Subaru uses what are known as "boxer" engines, with horizontally opposed pistons. Imagine a "V" type engine, then widen the V until you've made it into a flat line, and you have the layout of the Subaru engines. This "flat" layout lowers the center of gravity to aid handling, and it's also a design that's inherently low-vibration. In the 2015 Outback SUV-wagon, a 4-cylinder is standard, with a 6-cylinder available on Limited models. Regardless of engine choice, you get a continuously variable automatic transmission that includes steering wheel-mounted paddles to select pre-set ratios to simulate a manual transmission. All Outbacks come with all-wheel drive, a system that includes X-Mode for low-speed traction, and Active Torque Vectoring for high-speed stability in corners.
175 horsepower @ 5,800 rpm
174 lb-ft of torque @ 4,000 rpm
EPA city/highway fuel economy: 25/33 mpg
256 horsepower @ 6,000 rpm
247 lb-ft of torque @ 4,400 rpm
EPA city/highway fuel economy: 20/27 mpg
A well-equipped base Subaru Outback 2.5i starts a little under $26,000. Premium models start a little under $28,000, and that can increase to more than $31,000 when you start adding options like a moonroof, power liftgate and EyeSight. $31,000 will also let you step into a Limited model with leather seats and wood trim. Add about $3,000 if you want a 6-cylinder engine. A loaded Limited with a 6-cylinder will run nearly $40,000. Note that the least expensive 6-cylinder Outback is in the mid-$30,000 range, while competitors like the Ford Edge and Chevy Equinox offer a 6-cylinder for less than $30,000. We think a 6-cylinder Premium model priced closer to $30,000 would broaden the Outback SUV-wagon's appeal. Subaru Outbacks usually hold their value better than average for the class. Before buying, be sure to check the KBB.com Fair Purchase Price to see what others in your area are paying.
By susan on Monday, November 03, 2014
I own this car - My approximate mileage is 800overall rating 6 of 10rating details
Pros: "safety and comfort"
Cons: "quality control"
Likely to recommend this car? (1-10): 1
"A great car with unacceptable wind noise from the passenger side window. Ruins an otherwise beautiful car. Did not hear it on the test drive. Seems strange that Subaru is aware of the problem, but is leaving the fix up to the dealer. Would not recommend this car until the problem is resolved."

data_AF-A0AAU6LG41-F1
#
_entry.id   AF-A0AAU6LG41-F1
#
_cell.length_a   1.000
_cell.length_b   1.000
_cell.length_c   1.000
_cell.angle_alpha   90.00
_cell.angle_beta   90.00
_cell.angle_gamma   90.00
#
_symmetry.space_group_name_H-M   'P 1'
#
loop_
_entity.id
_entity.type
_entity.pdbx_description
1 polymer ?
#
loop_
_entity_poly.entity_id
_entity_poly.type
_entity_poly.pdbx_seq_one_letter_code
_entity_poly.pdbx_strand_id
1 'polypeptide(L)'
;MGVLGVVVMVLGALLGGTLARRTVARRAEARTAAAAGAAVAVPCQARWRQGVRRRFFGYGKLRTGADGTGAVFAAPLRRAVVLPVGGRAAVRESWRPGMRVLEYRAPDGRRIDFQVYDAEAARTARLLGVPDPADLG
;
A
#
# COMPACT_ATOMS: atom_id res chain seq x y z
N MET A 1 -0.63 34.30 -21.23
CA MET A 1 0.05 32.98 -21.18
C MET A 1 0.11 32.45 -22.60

7 people out of 11 found this review helpful
By Morgan A. on Friday, October 31, 2014
I want this caroverall rating 8 of 10rating details
Likely to recommend this car? (1-10): 9
"My family and I have been researching new cars for me to take to take to Colorado State University. After much research about which car is the best for mud, snow, rocks and mountainous terrain, I have discovered the Outback is the perfect wagon for Colorado. Unlike Subaru’s previous designs of the Outback, the 2015 is lean and smoothly crafted, and is available in nine different colors. Brighter and more noticeable colors are available and great for people who drive in the snow, so they can be noticed from hundreds of yards away, in the white snow. After test driving the wagon, I realized the sleek and patent design was only one of the many things that made this wagon a must buy. While driving the wagon, I noticed it absorbed most all shock which made the drive very smooth and comfortable. I might as well of been driving a cloud because the wagon felt just as smooth, even through the snow and ice. Also, the 2015 Outback has two more inches of shoulder room in the front seats. So whether it’s snow jacket season in the Rockies or I just need some space, I will never feel cramped in the Outback. Another reason why the 2015 Subaru Outback is for the mountains is because it’s all-wheel-drive. The all-wheel-drive is better than other all-wheel-drives because the Outback offers an”X-Mode”. During my test drive I was able to test the X-Mode out for myself. This mode is designed for going off-road and saves gas, keeps the driver in control of the car and prevents wheelspin. While the Subaru runs great in any terrain, I believe it runs even better on rocks, mud, snow and any other terrain your car can’t make it through. After I discovered all the amazing tricks the Outback has up it’s sleeve, I realized $24,809 is an affordable price for such a diverse and reliable mid-size wagon. There are so many great cars, but only the 2015 Subaru Outback provides everything necessary and more for driving and surviving in the mountains."
3 people out of 5 found this review helpful
By James Dillon on Sunday, October 12, 2014
I own this car - My approximate mileage is 40overall rating 6 of 10rating details
Pros: "Great features and enhancements vs. competitors"
Cons: "bad quality control on details, experience spoiler"
Likely to recommend this car? (1-10): 5
"I have just purchased the vehicle after a 2 months waiting period. Model purchased was the one with EyeSight which is pretty impressive. Over all the features offered on this vehicle are the best value for money compared with any other maker in its class. Now, that was the good part. The bad part is that the quality control at Subaru plant in Indiana has been poor lately. What seems to be the issue? Serious wind noise coming from the passenger side. It is so annoying that the radio needs to be turned up pretty loud to overcome the wind noise. Now, on a car on which I only put 40 miles, this is not good. Although Subaru is aware of the issue the did not released an official bulletin to get it fixed, so you are at the mercy of the dealer where you buy it from. My suggestion is to hold off buying one at this time, or make sure you do not take delivery of the vehicle until you drive test it at speeds over 60 mph on a highway. Apparently not every one had the issue, so is a hit or miss. What makes things worst it that Subaru will not admit to any faults at this time. Being a new model, is always a challenge in the real world, but trying to sweep it under the rug, is pretty bad PR. Over all, if you get one that drives ok and is not noisy, you will probably be happy with it."
35 people out of 45 found this review helpful